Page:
Western tree hyrax

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Western tree hyrax[1]
Beecroft'sTreeHyrax.JPG
Scientific classification
Kingdom: Animalia
Phylum: Chordata
Class: Mammalia
Order: Hyracoidea
Family: Procaviidae
Genus: Dendrohyrax
Species: D. dorsalis
Binomial name
Dendrohyrax dorsalis
(Fraser, 1853)
Western Tree Hyrax area.png
Western tree hyrax range

The western tree hyrax (Dendrohyrax dorsalis), also called the western tree dassie or Beecroft's tree hyrax, is a species of tree hyrax within the family Procaviidae. It can be distinguished from other hyraxes by short coarse fur, presence of white patch of fur beneath the chin, lack of hair on the rostrum, and lower crowns of the cheek teeth compared to other members of the same genus.[3]

Description[edit]

The western tree hyrax is similar in appearance to a large guinea pig. It has a head-and-body length of between 440 and 570 mm (17.3 and 22.4 in) and a stumpy tail. The pelage is thick and coarse, with a few yellowish hairs scattered among the dark brown and blackish ones; pale individuals with cream-coloured coats have also been observed. Scattered long sensory hairs similar to whiskers are present in the coat. The snout is free from fur, the ears are small and rounded and sometimes tipped with white, and the chin bears a white spot. There is a dorsal scent gland up to 70 mm (2.8 in) long in the centre of the back, surrounded by a yellowish patch of fur.[4]

Behavior[edit]

Western tree hyraxes tend to be solitary, and only occasionally are found in groups of two or three. They are nocturnal and generally feed at night. It has been noted that this species is an especially adept climber. In captivity they have been observed to climb up the edge of an open door with ease, as well as being able to quickly scale smooth tree trunks. They are aided in climbing with their black, pliant footpads with numerous ridges. Captive animals were observed using their teeth to help hold on to wires and vines while climbing.[5]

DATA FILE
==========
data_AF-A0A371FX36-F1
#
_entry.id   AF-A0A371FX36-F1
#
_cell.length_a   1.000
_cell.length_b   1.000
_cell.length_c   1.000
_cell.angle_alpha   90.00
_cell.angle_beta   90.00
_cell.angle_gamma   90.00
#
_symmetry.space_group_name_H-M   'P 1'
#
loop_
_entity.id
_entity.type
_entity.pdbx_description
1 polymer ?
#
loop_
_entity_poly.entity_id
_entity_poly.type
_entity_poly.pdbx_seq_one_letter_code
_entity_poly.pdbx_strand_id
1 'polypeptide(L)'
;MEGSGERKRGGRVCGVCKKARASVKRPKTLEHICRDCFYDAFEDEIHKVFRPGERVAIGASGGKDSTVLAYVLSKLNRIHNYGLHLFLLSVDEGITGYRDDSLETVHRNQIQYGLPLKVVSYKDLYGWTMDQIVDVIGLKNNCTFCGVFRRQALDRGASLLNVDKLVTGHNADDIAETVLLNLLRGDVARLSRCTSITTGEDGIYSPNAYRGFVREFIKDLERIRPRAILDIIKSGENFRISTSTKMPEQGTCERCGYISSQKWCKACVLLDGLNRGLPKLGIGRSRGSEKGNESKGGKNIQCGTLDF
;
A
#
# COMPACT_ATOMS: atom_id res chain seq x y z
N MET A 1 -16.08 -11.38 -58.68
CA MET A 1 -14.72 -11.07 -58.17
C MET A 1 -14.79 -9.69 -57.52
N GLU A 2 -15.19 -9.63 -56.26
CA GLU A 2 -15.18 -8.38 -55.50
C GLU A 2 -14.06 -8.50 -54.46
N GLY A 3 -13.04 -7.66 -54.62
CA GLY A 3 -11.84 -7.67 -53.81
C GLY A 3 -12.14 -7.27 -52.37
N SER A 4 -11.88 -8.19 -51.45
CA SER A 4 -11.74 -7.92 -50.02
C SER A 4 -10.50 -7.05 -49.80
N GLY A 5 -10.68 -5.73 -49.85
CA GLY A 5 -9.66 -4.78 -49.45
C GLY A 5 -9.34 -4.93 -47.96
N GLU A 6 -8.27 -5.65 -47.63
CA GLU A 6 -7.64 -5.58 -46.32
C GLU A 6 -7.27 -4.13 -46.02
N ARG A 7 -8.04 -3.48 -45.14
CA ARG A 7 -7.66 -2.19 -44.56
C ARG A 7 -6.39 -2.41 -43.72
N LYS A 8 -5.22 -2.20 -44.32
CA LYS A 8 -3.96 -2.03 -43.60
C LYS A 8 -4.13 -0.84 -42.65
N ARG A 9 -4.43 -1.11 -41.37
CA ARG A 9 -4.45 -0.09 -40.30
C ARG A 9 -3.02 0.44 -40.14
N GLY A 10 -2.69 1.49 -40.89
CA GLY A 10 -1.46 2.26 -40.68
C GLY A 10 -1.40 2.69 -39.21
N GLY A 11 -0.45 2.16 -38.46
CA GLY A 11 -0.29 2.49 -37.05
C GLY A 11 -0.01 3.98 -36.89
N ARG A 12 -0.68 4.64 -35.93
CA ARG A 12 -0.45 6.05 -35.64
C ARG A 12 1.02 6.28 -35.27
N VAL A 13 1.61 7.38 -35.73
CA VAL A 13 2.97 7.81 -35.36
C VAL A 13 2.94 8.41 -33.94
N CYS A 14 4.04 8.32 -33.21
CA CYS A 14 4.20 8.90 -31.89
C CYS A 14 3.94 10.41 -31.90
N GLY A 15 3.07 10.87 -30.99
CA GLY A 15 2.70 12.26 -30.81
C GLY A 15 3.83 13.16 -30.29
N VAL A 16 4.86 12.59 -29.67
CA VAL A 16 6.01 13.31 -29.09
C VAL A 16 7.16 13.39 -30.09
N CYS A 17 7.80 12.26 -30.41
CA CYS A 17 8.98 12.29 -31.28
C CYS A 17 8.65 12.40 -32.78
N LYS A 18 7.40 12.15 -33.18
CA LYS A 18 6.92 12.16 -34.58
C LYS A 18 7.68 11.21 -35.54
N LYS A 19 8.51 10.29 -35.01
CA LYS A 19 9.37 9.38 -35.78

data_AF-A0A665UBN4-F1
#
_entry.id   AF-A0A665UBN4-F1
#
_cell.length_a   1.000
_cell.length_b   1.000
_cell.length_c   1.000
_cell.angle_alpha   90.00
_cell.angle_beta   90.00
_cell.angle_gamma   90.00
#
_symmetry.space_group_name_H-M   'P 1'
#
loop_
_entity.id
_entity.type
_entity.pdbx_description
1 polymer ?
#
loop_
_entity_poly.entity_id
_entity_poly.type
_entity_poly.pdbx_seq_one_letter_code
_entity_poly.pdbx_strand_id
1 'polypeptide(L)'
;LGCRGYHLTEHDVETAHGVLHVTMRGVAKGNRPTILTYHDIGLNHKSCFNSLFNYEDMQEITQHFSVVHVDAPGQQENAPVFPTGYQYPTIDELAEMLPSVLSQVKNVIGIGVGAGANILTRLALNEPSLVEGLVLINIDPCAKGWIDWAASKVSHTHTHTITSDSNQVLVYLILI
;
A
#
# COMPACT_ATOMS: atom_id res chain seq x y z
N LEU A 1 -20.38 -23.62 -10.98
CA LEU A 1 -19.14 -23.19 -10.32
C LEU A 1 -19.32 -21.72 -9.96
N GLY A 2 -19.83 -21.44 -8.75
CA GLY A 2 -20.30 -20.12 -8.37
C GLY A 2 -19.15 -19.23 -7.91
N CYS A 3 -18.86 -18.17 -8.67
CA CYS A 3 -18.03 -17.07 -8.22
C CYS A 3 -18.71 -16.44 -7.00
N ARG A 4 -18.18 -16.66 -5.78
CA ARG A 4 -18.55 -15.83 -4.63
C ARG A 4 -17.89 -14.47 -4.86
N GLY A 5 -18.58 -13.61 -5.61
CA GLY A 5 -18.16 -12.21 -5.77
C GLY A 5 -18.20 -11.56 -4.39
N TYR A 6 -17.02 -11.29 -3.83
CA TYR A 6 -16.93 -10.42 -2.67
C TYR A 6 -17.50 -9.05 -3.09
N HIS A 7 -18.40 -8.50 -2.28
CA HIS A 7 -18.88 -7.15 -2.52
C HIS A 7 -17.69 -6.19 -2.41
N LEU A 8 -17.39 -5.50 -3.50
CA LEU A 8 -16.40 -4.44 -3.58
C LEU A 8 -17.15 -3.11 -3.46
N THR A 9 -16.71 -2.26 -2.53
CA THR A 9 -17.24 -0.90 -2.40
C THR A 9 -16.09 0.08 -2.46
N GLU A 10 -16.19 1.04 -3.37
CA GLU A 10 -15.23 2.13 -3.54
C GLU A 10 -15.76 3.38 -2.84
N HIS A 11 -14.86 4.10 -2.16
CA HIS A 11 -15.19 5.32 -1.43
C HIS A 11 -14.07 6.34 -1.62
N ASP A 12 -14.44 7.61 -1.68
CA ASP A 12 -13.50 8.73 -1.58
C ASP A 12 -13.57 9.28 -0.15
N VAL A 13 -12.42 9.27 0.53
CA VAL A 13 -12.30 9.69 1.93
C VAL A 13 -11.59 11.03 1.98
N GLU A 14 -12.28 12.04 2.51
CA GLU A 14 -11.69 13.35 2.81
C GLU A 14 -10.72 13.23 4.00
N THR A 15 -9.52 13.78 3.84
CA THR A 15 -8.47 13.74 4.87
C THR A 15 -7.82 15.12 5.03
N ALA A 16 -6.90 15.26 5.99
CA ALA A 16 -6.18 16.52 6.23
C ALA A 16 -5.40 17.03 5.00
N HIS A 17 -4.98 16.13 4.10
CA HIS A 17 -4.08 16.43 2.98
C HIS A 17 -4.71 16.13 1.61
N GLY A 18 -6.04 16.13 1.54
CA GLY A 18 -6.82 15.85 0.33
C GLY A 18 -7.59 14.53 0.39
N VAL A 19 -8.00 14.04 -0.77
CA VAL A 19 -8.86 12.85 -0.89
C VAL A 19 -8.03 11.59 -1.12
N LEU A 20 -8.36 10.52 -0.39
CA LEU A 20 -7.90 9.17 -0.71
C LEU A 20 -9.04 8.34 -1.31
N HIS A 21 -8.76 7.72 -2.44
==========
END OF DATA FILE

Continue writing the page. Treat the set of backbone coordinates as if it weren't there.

The gestation period is about eight months with a litter size one or two young.[4]

Ecology[edit]

Common predators of the western tree hyrax are eagles, leopards, hawks, servals, pythons, and golden cats, in addition to occasionally being hunted by humans for food. In Bossou, Guinea, one notable ecological association with chimpanzees occurs. A chimpanzee at Bossou was observed capturing a western tree hyrax, carrying it to her nest, and sleeping with and grooming it. This suggests that chimpanzees in Bossou may not regard hyraxes as a prey animal.[6]

Range and habitat[edit]

D. d. emini

The western tree hyrax is found in West and Central Africa: Benin, Cameroon, Central African Republic, Republic of the Congo, Democratic Republic of the Congo, Ivory Coast, Equatorial Guinea, Gabon, Gambia, Ghana, Guinea, Guinea-Bissau, Liberia, Nigeria, Rwanda, Senegal, Sierra Leone, South Sudan, Togo, Uganda, and possibly Niger. Its natural habitats are subtropical or tropical moist lowland forests, moist savanna, and rocky areas.[2]

References[edit]

  1. ^ Shoshani, J. (2005). Wilson, D.E.; Reeder, D.M., eds. Mammal Species of the World: A Taxonomic and Geographic Reference (3rd ed.). Johns Hopkins University Press. pp. 87–88. ISBN 978-0-8018-8221-0. OCLC 62265494. 
  2. ^ a b Butynski, T.; Dowsett-Lemaire, F.; Hoeck, H. (2015). "Dendrohyrax dorsalis". IUCN Red List of Threatened Species. IUCN. 2015: e.T6410A21282601. doi:10.2305/IUCN.UK.2015-2.RLTS.T6410A21282601.en. Retrieved 27 May 2018. 
  3. ^ Kowalski, K. (1976). Mammals, and outline of theriology. Panstwowe Wydawnicto Naukowe, Warszawa. English Edition. pp. 617
  4. ^ a b Jonathan Kingdon; David Happold; Thomas Butynski; Michael Hoffmann; Meredith Happold; Jan Kalina (2013). Mammals of Africa. A&C Black. pp. 155–157. ISBN 978-1-4081-8996-2. 
  5. ^ Jones, C. (1978). "Dendrohyrax dorsalis". Mammalian Species (113): 1–4. doi:10.2307/3504007. 
  6. ^ Hirata, S.; Yamakoshi, G.; Fujita, S.; Ohashi, G.; Matsuzawa, T. (2001). "Capturing and toying with hyraxes (Dendrohyrax dorsalis) by wild chimpanzees (Pan troglodytes) at Bossou, Guinea". American Journal of Primatology. 53 (2): 93–97. doi:10.1002/1098-2345(200102)53:2<93::AID-AJP5>3.0.CO;2-X. PMID 11170171.